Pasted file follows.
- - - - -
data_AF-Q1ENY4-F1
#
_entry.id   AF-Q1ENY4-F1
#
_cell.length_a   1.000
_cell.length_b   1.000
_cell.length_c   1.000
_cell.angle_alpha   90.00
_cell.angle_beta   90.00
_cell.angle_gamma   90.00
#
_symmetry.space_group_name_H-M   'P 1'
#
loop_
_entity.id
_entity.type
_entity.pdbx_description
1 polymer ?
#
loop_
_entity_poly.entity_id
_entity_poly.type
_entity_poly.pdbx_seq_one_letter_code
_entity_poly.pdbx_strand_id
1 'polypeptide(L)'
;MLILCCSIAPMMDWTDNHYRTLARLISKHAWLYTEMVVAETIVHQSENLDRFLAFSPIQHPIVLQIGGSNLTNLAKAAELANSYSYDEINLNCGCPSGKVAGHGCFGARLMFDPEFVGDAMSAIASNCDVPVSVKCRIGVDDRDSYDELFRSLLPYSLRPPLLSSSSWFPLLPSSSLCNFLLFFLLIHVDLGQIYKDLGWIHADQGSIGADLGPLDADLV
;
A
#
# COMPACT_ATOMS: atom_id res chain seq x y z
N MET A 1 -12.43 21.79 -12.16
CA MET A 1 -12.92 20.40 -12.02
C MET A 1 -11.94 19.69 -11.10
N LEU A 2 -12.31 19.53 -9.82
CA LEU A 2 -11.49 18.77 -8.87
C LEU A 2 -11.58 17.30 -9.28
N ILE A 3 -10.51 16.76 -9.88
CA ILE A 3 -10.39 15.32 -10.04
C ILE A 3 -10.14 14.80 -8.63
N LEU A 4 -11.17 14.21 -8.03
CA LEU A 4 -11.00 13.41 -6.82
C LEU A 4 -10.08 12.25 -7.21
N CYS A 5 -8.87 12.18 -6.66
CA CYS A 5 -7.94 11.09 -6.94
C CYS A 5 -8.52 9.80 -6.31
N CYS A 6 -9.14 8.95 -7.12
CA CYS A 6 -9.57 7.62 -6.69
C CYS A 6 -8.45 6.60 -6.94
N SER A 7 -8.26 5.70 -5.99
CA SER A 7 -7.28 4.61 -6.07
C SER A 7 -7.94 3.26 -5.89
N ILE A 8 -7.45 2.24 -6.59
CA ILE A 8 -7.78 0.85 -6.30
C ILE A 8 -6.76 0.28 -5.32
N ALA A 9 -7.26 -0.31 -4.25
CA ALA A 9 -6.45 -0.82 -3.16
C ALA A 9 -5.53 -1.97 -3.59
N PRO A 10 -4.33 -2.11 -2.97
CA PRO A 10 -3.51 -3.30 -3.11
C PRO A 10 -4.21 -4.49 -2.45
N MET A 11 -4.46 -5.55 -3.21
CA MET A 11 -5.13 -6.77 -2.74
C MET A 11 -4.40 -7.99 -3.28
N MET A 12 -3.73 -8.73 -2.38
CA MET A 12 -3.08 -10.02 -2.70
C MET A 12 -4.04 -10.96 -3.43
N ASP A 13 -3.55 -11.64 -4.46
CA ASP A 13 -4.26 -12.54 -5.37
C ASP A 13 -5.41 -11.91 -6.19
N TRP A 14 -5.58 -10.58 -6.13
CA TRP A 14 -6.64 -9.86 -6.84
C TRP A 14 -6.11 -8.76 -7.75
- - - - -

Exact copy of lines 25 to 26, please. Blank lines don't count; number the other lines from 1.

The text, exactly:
1 'polypeptide(L)'
;MLILCCSIAPMMDWTDNHYRTLARLISKHAWLYTEMVVAETIVHQSENLDRFLAFSPIQHPIVLQIGGSNLTNLAKAAELANSYSYDEINLNCGCPSGKVAGHGCFGARLMFDPEFVGDAMSAIASNCDVPVSVKCRIGVDDRDSYDELFRSLLPYSLRPPLLSSSSWFPLLPSSSLCNFLLFFLLIHVDLGQIYKDLGWIHADQGSIGADLGPLDADLV